Pro athletes fight limits on Calif. workers' comp
SACRAMENTO, Calif. (AP) - Professional athletes who spent years getting pummeled on the field and wearing out their muscles on the court are fighting a proposal in the California Legislature to prevent players for out-of-state teams from collecting workers' compensation benefits in California.
California is one of nine states that allow professional athletes from out-of-state teams to seek workers' compensation awards, which are paid by their employers. A bill by Assemblymen Henry Perea, D-Fresno, would allow only players from California teams to claim workers' compensation and would shorten the filing period for claims.
Proponents of AB1309 say out-of-state players abuse California's broad workers' compensation rules by filing claims here even when they have received awards elsewhere. Allowing non-residents to use the system increases costs for state taxpayers, they say.
"Professional athletes have every right to file for workers' comp benefits - but they should do so in their home state or in the state where they were principally employed,'' Perea said in a news release promoting the bill.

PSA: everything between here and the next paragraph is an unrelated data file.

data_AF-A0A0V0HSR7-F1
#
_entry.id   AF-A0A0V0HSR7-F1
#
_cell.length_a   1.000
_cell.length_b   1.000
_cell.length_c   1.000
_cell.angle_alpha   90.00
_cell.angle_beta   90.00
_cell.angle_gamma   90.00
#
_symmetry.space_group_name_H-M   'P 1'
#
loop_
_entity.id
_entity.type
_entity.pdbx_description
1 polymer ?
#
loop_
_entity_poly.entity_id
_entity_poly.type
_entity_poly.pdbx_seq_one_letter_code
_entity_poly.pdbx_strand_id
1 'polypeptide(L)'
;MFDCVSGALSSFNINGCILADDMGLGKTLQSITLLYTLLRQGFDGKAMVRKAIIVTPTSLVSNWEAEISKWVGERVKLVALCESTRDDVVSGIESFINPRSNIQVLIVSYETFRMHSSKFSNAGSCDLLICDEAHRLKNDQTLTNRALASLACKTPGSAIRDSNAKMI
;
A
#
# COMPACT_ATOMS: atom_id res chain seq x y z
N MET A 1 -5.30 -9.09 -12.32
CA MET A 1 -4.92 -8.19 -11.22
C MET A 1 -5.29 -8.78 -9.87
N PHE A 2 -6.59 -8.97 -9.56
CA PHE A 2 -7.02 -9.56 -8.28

A dozen of the state's professional sports teams, including the San Francisco 49ers and the Los Angeles Lakers, and several insurance companies are backing the measure.
More than 30 former athletes, including former San Francisco 49ers wide receiver J.J. Stokes and ex-Los Angeles Rams quarterback Jim Everett, were expected to speak out against the measure Monday at an event outside the state Capitol. The former professional football and basketball players will be joined by the executive director of the National Football League Players Association, the union representing those athletes.
The California Labor Federation and Consumer Attorneys of California are backing the players and opposing the legislation. They argue that some injuries athletes suffer while playing may not be apparent for years, forcing players to turn to California's system.
"Due to the multi-year latency period of many of these disorders, by the time a retired player is diagnosed, it's too late to file a claim in most states,'' wrote Dick Stemerman, a workers' compensation attorney from Monterey, wrote in a recent op-ed.
Under Perea's bill, workers' compensation claims would have to be filed within year of an athlete's final game or of a physician diagnosing the condition, whichever is later.
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